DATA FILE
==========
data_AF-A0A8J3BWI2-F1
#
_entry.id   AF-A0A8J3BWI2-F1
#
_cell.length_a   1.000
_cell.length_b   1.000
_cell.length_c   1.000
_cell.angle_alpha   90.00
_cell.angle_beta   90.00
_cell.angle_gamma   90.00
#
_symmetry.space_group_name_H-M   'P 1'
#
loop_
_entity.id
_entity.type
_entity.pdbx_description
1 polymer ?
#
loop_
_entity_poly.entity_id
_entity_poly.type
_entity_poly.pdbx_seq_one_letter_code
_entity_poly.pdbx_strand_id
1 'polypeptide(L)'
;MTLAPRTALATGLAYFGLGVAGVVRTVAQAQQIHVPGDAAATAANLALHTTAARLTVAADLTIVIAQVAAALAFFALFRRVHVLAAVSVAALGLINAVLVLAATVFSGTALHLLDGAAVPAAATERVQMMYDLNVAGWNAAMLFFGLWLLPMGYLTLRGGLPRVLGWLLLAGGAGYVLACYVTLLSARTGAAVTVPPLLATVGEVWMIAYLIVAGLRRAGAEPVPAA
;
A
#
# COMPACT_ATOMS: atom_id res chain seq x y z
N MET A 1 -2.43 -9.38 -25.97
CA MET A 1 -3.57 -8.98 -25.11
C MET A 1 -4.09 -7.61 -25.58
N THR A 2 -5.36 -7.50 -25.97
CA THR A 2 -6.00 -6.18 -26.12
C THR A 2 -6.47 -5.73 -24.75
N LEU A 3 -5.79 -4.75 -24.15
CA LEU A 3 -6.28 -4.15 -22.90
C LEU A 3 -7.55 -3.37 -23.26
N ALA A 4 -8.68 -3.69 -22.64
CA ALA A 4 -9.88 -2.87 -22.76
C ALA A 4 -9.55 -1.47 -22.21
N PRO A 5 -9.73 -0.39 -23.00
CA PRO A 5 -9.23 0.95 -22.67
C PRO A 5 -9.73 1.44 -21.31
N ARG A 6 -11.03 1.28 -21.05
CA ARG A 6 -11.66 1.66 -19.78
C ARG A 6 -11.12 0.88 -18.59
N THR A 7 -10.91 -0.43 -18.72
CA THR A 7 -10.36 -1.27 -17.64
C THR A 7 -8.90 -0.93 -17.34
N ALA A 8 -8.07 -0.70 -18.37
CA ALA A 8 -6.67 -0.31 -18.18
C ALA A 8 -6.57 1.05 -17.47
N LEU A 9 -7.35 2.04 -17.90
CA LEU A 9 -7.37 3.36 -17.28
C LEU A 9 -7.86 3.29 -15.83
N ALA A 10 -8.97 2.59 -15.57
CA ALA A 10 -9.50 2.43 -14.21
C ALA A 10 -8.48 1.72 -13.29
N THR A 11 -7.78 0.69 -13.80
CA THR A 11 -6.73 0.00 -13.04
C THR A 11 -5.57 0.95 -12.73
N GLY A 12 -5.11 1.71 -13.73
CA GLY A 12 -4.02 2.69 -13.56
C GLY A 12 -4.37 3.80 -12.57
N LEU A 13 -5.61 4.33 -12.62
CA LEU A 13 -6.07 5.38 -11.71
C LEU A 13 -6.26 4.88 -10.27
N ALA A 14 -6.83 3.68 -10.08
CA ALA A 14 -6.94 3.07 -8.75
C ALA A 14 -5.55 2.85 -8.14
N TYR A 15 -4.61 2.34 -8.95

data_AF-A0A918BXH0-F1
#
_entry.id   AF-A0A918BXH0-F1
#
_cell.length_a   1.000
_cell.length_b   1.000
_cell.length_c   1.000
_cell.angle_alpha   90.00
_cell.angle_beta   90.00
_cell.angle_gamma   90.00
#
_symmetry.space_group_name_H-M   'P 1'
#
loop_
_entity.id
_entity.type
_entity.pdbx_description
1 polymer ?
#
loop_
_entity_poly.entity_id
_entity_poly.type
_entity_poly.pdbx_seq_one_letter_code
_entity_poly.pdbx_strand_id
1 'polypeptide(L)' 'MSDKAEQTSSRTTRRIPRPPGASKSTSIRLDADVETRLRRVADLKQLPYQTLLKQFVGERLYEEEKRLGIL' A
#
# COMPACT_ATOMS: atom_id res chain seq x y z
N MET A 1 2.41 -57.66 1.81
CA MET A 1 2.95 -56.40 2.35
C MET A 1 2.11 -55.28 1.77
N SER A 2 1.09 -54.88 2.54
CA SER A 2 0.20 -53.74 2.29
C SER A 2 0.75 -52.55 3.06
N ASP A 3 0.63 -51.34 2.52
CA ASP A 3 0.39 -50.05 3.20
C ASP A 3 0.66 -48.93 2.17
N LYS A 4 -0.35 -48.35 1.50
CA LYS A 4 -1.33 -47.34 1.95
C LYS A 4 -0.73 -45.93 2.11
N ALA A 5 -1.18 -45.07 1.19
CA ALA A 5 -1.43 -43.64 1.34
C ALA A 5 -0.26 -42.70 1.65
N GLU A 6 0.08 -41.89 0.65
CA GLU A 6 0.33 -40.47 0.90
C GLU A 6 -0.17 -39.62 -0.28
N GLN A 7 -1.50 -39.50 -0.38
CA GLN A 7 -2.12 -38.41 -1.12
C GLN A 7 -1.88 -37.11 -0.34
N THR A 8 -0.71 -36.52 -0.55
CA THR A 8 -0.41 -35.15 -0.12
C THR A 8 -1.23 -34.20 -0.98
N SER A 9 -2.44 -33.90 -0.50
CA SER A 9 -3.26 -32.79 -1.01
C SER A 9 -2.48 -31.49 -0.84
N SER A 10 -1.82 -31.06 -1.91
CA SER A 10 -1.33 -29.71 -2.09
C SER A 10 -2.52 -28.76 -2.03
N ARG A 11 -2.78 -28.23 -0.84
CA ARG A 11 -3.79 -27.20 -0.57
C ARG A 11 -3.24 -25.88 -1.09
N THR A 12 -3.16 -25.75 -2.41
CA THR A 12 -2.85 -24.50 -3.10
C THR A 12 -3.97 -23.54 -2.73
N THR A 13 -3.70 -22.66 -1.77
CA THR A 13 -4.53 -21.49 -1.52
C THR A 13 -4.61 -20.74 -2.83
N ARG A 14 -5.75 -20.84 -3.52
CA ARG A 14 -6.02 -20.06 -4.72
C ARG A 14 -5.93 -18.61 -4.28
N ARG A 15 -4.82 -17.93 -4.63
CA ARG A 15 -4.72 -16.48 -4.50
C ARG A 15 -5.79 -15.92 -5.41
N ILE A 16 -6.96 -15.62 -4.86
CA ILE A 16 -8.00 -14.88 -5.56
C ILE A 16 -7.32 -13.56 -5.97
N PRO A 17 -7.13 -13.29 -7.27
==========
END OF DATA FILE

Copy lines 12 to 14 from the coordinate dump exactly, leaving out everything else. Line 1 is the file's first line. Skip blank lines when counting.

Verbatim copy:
_symmetry.space_group_name_H-M   'P 1'
#
loop_